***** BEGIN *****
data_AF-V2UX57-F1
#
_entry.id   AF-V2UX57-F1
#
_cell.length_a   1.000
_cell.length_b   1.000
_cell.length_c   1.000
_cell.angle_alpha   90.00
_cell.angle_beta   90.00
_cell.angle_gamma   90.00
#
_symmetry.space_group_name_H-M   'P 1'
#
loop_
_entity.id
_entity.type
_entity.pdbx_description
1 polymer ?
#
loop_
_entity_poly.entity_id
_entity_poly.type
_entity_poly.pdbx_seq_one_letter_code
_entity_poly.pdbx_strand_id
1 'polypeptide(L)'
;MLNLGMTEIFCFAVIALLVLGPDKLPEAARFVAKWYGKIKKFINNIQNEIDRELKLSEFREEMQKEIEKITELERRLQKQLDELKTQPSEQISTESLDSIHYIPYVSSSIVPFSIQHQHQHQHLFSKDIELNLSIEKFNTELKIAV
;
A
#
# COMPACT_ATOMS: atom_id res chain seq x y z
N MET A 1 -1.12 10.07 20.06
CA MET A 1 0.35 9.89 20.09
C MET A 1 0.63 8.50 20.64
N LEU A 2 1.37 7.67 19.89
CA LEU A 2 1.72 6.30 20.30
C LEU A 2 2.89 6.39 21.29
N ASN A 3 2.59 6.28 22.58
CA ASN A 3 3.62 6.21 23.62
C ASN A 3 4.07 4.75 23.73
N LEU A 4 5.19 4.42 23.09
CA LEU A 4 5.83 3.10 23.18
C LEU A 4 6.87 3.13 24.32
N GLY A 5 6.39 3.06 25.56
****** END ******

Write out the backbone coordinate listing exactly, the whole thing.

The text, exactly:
data_AF-V2UX57-F1
#
_entry.id   AF-V2UX57-F1
#
_cell.length_a   1.000
_cell.length_b   1.000
_cell.length_c   1.000
_cell.angle_alpha   90.00
_cell.angle_beta   90.00
_cell.angle_gamma   90.00
#
_symmetry.space_group_name_H-M   'P 1'
#
loop_
_entity.id
_entity.type
_entity.pdbx_description
1 polymer ?
#
loop_
_entity_poly.entity_id
_entity_poly.type
_entity_poly.pdbx_seq_one_letter_code
_entity_poly.pdbx_strand_id
1 'polypeptide(L)'
;MLNLGMTEIFCFAVIALLVLGPDKLPEAARFVAKWYGKIKKFINNIQNEIDRELKLSEFREEMQKEIEKITELERRLQKQLDELKTQPSEQISTESLDSIHYIPYVSSSIVPFSIQHQHQHQHLFSKDIELNLSIEKFNTELKIAV
;
A
#
# COMPACT_ATOMS: atom_id res chain seq x y z
N MET A 1 -1.12 10.07 20.06
CA MET A 1 0.35 9.89 20.09
C MET A 1 0.63 8.50 20.64
N LEU A 2 1.37 7.67 19.89
CA LEU A 2 1.72 6.30 20.30
C LEU A 2 2.89 6.39 21.29
N ASN A 3 2.59 6.28 22.58
CA ASN A 3 3.62 6.21 23.62
C ASN A 3 4.07 4.75 23.73
N LEU A 4 5.19 4.42 23.09
CA LEU A 4 5.83 3.10 23.18
C LEU A 4 6.87 3.13 24.32
N GLY A 5 6.39 3.06 25.56